Congress Impressions: Interview with Some NextGen-ers

We interviewed some of the conference attendees to get their feedback on this year's Congress.

Names, Jobs, Places: Faith Cable (2007 graduate, master’s program in Urban Planning, UNC Chapel Hill, heading to Berlin on a Fulbright next year), Kimberly Kirchman (designer, Canin Associates, Orlando, FL), Megan McLaughlin (2007 graduate, master’s program, University of Miami School of Architecture), Chelsea Pierce (planner, Canin Associates, Orlando, FL)

Question: How many Congresses have you been to?
Answers: first Congress for Megan and Kimberly, 2nd for Chelsea, 5th for Faith

Q: What are your main reasons for attending?
A: Faith—When I was a senior in college I heard John Norquist, Andres Duany and Jim Kunstler speak at an architecture conference. They were talking about what I was trying to learn but school wasn’t teaching me. I thought it was great. I started the SNU chapter at the University of Minnesota and I came to the Congress that year and every year since. It’s been really great. The more I come the more I learn.
Kim—I came because it’s been kind of an interest of mine for a while. And since the firm I work for, Canin Associates, creates livable, walkable communities, this seemed like the next logical step in educating myself. It’s such a big event and there are so many exciting ideas.

Q: What have been some of the highlights of this year’s Congress for you?
Megan—The biggest resource is the people, but there’s not necessarily a good way to find them.
A: Faith—I spoke at the Next Gen conference this year on urbanism and the environment. Also, the LEED ND day-long session was very interesting, we had a really good level of discussion. Next Gen had an organizational meeting that was cool.
Kim—I liked the format of the LEED discussion, where one presenter posted issues and the other responded. It was more informal, it seemed to get people more motivated to jump in. Also, the discussions on Mississippi Gulf Coast and Katrina, to be updated and get insider information was nice.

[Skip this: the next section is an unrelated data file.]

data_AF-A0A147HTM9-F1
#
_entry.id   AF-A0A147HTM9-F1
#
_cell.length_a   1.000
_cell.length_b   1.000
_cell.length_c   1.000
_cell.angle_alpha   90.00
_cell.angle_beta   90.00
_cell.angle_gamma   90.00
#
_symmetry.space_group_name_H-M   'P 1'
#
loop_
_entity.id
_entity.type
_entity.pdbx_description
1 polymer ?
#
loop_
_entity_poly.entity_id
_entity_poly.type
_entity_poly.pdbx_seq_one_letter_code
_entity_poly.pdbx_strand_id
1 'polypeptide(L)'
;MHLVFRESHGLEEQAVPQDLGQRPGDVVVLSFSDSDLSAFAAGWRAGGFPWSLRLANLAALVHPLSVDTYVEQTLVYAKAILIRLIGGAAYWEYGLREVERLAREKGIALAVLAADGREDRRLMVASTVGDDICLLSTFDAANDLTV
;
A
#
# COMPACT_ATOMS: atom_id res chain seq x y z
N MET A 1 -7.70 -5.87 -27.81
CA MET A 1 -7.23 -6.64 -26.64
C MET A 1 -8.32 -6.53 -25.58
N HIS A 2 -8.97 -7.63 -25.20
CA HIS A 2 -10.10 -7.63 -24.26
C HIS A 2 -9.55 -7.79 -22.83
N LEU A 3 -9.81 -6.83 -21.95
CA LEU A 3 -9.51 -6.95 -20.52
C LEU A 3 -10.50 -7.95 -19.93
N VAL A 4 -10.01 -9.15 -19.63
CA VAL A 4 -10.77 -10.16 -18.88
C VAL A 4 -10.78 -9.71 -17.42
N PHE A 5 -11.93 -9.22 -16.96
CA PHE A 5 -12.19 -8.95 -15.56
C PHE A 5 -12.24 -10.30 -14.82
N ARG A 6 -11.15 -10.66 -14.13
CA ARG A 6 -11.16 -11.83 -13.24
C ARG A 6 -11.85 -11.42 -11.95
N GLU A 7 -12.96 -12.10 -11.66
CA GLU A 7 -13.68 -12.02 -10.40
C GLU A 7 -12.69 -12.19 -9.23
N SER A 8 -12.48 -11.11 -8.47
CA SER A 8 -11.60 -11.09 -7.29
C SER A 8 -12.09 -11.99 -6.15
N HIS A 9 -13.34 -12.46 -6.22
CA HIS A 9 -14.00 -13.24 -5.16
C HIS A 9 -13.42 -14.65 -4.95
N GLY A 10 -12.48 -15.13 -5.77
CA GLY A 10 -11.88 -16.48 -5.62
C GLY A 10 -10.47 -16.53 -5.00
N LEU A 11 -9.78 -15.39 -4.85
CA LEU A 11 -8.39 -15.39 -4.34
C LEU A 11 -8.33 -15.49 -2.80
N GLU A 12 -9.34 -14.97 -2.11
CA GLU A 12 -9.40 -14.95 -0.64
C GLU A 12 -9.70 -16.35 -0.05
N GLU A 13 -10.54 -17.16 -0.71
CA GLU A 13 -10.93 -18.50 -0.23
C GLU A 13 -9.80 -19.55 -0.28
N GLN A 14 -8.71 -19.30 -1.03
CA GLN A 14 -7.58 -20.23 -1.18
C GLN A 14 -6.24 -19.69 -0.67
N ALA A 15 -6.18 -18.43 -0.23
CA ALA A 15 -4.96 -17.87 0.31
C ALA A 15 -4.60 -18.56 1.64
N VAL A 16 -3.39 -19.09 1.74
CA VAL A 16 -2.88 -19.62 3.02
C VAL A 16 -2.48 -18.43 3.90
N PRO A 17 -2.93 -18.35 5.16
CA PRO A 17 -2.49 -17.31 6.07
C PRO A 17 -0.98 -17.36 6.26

Q: Any take home lessons?
A: Kim—You pick up little things here and there, things to research later.
Chelsea—When you’re working, there comes a point in the year where you’re working on the same projects and dealing with the same red tape and it gets tiring. Then the Congress comes along and you get excited. Now I can go back and do what I do and I’ll deal with all the shit because I know it is worth it and the goal I am working towards is a great goal. Next Gen helps a lot with inspiration.

Q: Any suggestions for next year’s conference?
A: Faith—Some of the sessions I’ve heard before since this is my fifth year, so I want to see more things I haven’t already heard, more fresh faces, more new ideas.
Megan—I’d like to see more forums. The lectures are great but there’s never any time to talk, and the speakers are really good but the people in the audience are probably just as good and have a lot to contribute. It would also be really good to get contact information for everyone who attends various sessions.
Kim—That way we could keep the conversation going.
Megan—Next Gen is great for young people but the demographics for CNU is so tiny. Next Gen really helps inspire young people, but I wonder if there should be something for women, something for minorities, something for engineers. Maybe CNU should try to make New Urbanism more accessible. There are so many people involved in the planning process.
Kim—One of the big barriers with New Urbanism is trying to explain it to other people. Even my mom. Somehow we have to educate the public. It’s not enough to say, “We’re going to build this.”
Megan—“And trust us, it will be great.”
Chelsea—Most of the people I know don’t know what New Urbanism is. It hasn’t caught on in the outside world. Even planning – I’ve had to explain to my family about 80 times what a planner is. With New Urbanism, a lot of people think you are going to make everything urban.
Faith—In planning school the definition of New Urbanism is even worse, it’s building elitist communities for rich white people. They don’t think of downtown infill as being New Urbanist. The branding has a lot of issues.
Chelsea—I was in a session where they were talking about getting the public to implement plans and one of the people on the panel said not to use terms like New Urbanism or TND or Smart Growth.
Faith—People don’t understand the terms.
Chelsea—Or they think they do, but they don’t.

Q: Parting thoughts?
A: Chelsea—We need to go back to work and feed our knowledge from the conference to the rest of our company.
Kim—We’re going to take over the world.


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